I don't know how many new websites or blogs come on line each week, but I suspect it's an awful lot. The question that everyone who posts one needs to ask themselves is, what is my audience already reading and is my site more compelling? More compelling than a sports blog, or a Kardashian story, or a Trump tweet, or.... I think you get my drift.
As previous comments say, these things are read by true-believers and nobody much else. And probably only once.
Don't waste your money; focus on telling people how they benefit from shopping you and follow it up in store. Keep the good guy stories for the annual get-together.
Some years ago, the very wise McMillan Doolittle suggested that if you're not spending 70% of your time trying to solve your customers' problems, that may well be your problem. Or something like that. Looking at the table, it strikes me that the only people whose problems will be solved are technology companies. The customer does not appear to have been greatly consulted about his or her needs. And yet again, the argument for the technically possible overwhelms the argument for the behaviourally probable. Of course a collaborative customer could provide more commercially useful information on themselves. But with the ever-growing fear of identity theft and the dread of endless pestering, would they wish to? Probably not. Could they be beeped and zapped with offers from the moment they walk in the store, or even before? Of course they could. Would they want to be? Probably not.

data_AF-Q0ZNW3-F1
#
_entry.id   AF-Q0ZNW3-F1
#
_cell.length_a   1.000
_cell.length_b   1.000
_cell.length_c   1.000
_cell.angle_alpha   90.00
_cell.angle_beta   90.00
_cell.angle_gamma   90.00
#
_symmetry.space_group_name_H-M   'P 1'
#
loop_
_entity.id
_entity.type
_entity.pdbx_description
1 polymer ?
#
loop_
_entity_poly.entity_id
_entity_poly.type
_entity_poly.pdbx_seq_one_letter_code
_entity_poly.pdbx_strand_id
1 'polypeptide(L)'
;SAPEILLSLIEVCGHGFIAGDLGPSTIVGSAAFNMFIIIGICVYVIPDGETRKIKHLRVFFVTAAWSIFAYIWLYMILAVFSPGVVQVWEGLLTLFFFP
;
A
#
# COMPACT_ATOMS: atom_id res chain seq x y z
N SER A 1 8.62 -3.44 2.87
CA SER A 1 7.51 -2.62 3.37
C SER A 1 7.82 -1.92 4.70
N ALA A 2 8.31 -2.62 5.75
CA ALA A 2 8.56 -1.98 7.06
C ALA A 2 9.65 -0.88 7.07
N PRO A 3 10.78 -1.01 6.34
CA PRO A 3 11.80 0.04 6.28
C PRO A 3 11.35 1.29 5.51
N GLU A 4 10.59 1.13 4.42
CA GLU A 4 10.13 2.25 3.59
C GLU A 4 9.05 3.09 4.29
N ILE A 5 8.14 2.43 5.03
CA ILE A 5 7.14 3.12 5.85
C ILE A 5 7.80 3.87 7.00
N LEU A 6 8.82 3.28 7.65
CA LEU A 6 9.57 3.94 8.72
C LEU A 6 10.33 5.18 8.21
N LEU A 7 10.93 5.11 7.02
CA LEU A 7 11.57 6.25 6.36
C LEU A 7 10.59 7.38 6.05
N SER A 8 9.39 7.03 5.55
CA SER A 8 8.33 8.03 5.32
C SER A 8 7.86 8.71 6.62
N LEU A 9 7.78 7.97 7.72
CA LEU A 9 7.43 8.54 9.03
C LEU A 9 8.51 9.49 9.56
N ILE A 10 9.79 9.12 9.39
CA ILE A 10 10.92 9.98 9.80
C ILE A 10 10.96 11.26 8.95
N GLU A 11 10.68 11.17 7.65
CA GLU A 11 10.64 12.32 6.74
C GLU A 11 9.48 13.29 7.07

Of course technology will play a role, and a major one, but it will never substitute for great stores run by great retailers with a great value proposition. Just ask the customer.